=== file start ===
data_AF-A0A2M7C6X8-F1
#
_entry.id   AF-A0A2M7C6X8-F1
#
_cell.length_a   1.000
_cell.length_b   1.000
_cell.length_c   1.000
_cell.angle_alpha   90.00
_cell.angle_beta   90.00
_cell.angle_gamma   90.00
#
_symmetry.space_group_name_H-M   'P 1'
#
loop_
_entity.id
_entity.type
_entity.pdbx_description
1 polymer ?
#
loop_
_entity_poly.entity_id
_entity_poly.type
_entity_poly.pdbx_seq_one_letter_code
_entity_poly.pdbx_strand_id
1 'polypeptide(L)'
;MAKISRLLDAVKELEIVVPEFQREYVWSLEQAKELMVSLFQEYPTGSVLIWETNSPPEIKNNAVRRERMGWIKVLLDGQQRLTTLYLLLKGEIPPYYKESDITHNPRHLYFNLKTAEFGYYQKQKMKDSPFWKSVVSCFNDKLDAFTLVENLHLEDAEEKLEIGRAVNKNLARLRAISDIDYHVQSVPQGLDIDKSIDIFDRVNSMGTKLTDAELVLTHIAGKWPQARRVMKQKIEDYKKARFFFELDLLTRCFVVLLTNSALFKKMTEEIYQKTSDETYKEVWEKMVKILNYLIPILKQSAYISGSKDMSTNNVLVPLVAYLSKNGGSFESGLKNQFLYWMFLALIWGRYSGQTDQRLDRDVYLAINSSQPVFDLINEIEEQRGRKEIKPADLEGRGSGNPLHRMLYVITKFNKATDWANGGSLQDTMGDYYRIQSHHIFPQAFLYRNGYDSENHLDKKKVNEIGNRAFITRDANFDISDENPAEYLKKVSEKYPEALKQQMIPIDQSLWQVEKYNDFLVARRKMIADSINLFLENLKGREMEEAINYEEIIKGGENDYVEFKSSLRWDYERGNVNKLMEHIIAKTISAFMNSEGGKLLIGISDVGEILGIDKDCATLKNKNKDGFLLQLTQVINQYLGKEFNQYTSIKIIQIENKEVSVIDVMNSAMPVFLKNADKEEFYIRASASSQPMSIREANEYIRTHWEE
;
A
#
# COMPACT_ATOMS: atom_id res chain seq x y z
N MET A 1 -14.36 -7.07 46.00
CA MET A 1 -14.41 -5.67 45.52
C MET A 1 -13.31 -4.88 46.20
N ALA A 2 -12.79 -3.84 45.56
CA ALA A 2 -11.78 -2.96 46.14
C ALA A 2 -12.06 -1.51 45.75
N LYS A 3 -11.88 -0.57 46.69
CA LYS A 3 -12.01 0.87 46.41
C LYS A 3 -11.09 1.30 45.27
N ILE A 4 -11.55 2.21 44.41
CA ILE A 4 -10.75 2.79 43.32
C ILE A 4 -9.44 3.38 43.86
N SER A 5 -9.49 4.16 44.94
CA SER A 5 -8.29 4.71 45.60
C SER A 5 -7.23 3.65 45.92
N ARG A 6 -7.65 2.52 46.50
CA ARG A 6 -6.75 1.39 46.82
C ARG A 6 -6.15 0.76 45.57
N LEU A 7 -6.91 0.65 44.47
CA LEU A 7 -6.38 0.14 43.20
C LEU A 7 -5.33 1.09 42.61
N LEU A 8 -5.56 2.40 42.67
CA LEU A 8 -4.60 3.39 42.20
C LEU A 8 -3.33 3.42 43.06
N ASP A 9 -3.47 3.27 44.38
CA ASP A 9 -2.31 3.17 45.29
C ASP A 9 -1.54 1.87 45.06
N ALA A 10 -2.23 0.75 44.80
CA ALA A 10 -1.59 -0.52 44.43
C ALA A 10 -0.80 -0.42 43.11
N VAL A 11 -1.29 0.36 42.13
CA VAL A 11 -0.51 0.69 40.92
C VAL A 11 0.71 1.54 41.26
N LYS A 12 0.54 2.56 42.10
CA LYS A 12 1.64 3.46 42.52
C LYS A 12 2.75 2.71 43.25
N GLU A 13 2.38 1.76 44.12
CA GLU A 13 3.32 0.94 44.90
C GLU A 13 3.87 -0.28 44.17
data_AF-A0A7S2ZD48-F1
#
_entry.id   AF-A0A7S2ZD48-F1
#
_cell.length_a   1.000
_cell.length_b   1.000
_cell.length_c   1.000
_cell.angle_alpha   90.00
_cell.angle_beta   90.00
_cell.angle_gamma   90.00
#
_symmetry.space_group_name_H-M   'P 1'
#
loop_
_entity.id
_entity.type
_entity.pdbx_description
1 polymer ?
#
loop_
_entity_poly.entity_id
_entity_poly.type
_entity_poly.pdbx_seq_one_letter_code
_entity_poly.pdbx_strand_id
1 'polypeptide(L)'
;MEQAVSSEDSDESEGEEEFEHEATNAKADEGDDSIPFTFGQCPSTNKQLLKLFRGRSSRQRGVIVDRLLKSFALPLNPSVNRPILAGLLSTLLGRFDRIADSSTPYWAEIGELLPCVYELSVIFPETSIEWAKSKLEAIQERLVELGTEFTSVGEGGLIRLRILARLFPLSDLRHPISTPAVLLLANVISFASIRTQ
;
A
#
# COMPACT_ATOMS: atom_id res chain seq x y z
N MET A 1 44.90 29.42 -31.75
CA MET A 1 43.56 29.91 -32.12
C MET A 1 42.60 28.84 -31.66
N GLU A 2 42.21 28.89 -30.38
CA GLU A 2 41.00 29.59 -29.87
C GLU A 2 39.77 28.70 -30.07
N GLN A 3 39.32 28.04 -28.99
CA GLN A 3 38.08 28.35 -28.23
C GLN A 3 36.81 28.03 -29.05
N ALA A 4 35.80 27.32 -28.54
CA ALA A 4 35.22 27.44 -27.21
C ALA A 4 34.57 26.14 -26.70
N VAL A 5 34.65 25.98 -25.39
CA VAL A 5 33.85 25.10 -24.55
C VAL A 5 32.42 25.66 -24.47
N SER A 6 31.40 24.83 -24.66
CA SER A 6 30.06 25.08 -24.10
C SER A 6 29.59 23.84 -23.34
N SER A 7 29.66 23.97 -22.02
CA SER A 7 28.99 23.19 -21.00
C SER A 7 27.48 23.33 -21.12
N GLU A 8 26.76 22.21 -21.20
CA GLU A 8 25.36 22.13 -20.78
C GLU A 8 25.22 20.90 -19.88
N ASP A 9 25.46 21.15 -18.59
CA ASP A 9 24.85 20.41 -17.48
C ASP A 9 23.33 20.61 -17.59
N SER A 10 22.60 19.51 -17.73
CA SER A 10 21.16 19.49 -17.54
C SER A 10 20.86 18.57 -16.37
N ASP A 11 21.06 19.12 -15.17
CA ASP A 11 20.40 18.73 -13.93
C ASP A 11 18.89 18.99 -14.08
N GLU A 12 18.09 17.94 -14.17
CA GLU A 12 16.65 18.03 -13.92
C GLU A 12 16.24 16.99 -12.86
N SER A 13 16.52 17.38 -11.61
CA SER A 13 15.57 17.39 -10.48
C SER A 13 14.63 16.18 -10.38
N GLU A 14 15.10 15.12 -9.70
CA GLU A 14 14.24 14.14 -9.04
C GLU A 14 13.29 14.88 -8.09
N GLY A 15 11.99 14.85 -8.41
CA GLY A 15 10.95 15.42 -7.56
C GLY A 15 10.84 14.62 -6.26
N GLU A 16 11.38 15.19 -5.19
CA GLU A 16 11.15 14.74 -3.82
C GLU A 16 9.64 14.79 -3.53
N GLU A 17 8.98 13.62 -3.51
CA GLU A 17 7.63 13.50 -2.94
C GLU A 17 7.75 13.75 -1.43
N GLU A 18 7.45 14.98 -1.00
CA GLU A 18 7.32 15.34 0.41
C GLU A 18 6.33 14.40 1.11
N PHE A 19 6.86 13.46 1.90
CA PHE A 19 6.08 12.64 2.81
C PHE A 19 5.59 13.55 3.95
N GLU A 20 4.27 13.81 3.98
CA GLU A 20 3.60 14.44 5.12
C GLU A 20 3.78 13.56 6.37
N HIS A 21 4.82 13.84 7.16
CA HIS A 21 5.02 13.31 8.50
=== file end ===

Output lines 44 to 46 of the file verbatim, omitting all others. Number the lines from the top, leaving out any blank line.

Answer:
CA SER A 5 -8.29 4.71 45.60
C SER A 5 -7.23 3.65 45.92
N ARG A 6 -7.65 2.52 46.50